Jeff Smith:
So for an example, we’re actually currently hiring for a senior dev ops engineer and we’re particularly weak when it comes to networking and database administration. So maybe you don’t have all the Jenkins CICD stuff, but if you can tell me the work that you’ve done in Postgres and how you’re an expert at BGP routing and all that stuff, that would help me round out the team in a way that just hiring another Linux system level admin doesn’t really change the structure or dynamic of the team. So try to get the inside scoop on the teams, leverage your LinkedIn network if you can find someone that works there. “Hey, where are you guys deficient?” So that when I put in my resume I can make sure that I’m highlighting like, “Hey, five years ago I was an Atlassian administrator and even though the job doesn’t require that, I know you guys are drowning with Atlassian work. I might be able to lend a hand there on top of these other duties.”

Mike Pfeiffer:
Sounds like a better pattern than just going and submitting your resume into the abyss and hoping to hear back. [inaudible 00:29:38] a little bit and connecting with people on LinkedIn. I actually talked to a guy this morning who just landed his first job as a dev ops engineer, and a lot of what you said was pretty much what he was saying because he doesn’t have any previous experience as a dev ops engineer, but he’s got lots of IT experience. He was able to play that up. And I think the one thing that you said … you said a lot of amazing stuff in that last answer to thinking about a person looking for the job. But one of the things you said that I keyed on was the passion and the hunger and how that comes through to a hiring manager. And if you can show that by, oh, you’ve been doing stuff in your own GitHub repo or you’ve been experimenting, you’ve been trying to show other people this stuff. I think that goes a long way. Right?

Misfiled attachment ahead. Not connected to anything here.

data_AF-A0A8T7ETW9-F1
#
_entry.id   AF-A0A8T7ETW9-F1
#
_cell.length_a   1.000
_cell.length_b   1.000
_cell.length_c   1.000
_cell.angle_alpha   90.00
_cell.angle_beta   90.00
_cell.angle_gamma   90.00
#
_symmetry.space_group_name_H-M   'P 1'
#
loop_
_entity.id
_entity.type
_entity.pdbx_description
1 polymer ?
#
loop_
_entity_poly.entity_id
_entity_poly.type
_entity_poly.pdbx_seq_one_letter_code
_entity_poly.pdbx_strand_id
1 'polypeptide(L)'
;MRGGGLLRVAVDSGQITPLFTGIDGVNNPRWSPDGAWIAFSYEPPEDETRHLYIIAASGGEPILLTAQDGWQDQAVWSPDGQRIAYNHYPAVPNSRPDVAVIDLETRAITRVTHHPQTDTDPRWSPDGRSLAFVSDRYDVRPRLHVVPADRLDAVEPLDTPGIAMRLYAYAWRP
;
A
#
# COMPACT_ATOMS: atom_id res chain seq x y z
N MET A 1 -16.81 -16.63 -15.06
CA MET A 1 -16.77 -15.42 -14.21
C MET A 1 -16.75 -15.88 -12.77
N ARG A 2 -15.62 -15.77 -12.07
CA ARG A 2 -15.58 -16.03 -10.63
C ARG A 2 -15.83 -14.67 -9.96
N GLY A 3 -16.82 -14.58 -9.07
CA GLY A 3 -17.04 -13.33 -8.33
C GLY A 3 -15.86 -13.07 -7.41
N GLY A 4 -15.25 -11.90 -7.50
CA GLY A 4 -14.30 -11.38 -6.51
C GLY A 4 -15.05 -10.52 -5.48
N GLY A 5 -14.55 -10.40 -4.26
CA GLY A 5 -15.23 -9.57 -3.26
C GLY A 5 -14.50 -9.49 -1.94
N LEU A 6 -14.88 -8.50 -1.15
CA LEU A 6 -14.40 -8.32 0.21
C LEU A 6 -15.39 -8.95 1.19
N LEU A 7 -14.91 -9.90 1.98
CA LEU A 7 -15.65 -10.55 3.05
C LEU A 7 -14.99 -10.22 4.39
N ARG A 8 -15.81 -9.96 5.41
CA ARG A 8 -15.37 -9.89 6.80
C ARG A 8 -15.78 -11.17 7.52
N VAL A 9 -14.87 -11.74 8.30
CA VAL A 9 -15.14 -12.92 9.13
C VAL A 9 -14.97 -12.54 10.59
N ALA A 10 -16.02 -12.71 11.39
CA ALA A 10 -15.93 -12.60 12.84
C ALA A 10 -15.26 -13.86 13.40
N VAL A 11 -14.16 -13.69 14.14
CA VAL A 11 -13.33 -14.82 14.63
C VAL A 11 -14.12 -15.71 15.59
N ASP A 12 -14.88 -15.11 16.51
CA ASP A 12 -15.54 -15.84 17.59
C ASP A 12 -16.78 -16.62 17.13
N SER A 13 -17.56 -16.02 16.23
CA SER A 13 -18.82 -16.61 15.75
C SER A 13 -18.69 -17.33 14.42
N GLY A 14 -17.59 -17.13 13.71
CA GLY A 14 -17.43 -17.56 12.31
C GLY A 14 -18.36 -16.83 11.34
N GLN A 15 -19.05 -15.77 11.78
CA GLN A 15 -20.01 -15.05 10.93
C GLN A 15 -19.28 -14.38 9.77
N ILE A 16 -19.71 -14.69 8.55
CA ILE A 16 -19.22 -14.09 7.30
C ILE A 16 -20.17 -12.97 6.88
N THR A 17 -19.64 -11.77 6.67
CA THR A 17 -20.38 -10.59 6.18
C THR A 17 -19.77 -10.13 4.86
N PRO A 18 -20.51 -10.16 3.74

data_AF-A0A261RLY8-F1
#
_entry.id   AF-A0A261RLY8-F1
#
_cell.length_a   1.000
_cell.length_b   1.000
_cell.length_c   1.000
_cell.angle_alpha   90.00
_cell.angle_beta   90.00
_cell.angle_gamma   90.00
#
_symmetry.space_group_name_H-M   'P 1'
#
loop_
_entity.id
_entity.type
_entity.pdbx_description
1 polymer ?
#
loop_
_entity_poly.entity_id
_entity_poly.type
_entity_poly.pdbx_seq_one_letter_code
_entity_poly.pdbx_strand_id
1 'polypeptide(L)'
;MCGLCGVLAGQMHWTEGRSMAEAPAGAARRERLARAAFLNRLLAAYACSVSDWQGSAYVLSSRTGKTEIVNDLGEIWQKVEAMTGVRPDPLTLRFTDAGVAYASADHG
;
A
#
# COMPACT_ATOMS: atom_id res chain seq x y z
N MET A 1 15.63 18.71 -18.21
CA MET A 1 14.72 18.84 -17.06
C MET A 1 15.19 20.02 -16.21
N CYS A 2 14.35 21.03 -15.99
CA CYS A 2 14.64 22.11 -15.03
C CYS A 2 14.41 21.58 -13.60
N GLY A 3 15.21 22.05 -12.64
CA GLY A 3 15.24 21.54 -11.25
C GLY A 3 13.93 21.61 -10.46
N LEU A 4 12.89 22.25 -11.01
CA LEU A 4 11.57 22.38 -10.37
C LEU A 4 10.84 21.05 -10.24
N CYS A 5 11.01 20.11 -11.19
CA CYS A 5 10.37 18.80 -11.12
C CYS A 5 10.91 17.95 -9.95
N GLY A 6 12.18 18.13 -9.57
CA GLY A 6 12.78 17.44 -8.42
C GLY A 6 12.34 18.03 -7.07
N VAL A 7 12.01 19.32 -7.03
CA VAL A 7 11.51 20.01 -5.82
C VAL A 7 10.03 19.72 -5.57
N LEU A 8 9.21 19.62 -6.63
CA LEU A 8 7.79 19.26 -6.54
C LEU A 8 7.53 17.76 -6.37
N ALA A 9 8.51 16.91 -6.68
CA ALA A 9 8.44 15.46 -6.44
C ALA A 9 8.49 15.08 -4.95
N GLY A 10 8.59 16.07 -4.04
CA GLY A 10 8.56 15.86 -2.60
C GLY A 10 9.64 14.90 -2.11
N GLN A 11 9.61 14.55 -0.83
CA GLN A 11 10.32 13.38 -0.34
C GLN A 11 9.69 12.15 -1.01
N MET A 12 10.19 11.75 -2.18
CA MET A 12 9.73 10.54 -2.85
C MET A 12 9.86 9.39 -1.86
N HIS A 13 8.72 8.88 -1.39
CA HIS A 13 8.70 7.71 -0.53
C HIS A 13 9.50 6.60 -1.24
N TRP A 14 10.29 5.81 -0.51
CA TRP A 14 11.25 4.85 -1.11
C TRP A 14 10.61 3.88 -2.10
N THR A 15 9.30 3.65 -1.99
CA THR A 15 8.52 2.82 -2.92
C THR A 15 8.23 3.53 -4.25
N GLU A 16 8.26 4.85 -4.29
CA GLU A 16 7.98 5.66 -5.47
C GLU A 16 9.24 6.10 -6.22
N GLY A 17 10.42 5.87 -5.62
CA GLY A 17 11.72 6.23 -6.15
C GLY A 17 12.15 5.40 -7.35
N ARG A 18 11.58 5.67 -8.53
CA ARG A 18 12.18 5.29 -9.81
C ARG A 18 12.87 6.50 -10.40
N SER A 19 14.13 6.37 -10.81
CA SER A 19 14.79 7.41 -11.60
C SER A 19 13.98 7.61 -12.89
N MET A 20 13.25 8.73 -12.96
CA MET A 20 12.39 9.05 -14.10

Jeff Smith:
It goes a long way. I can’t train passion. I can’t train passion. And if you’re coming to the table with passion, I know the other stuff will come. There was a guy, Poggi at GrubHub, Michael Poggi, who started as a help desk guy, but his passion was evident. His passion was so evident. Within a year, he’s an SRE. Within two years, he’s a contributing SRE to the pipeline. And then within three or four years he’s working at Amazon, doing a lot of their cloud infrastructure stuff. That’s all passion. I left GrubHub and then I had a lunch with him and we were talking and just hearing the stuff that he was talking about within the span of a year, year and a half, I’m like, “That’s not GrubHub. That’s you. That’s you spending nights and weekends sort of learning about this stuff.” And just when passion comes through, it’s just something that excites me in a way that I’m so willing to overlook so many different things.

Jeff Smith:
And like you said, we’re in a good industry where you can demonstrate that passion objectively. You can have a GetHub repository, you can have a Twitter feed where you’re talking about these things. You can have a blog where you’re doing even the simplest stuff, right? It doesn’t have to be … This is something we should probably talk more about. We are constantly comparing ourselves to folks on the internet and the amazing things that they’re doing. “Hey, everyone. I just wrote a new module for eBPF for tracing kernel traps, right?” Yeah, that’s fine and good. but you know what else is good? Showing us your experience with ‘Hello, World!’ and a Ruby on Rails app for the first time. Tell us what you learned, what you thought was weird, what was difficult for you to grasp? Because somewhere that’s helping someone.

Jeff Smith: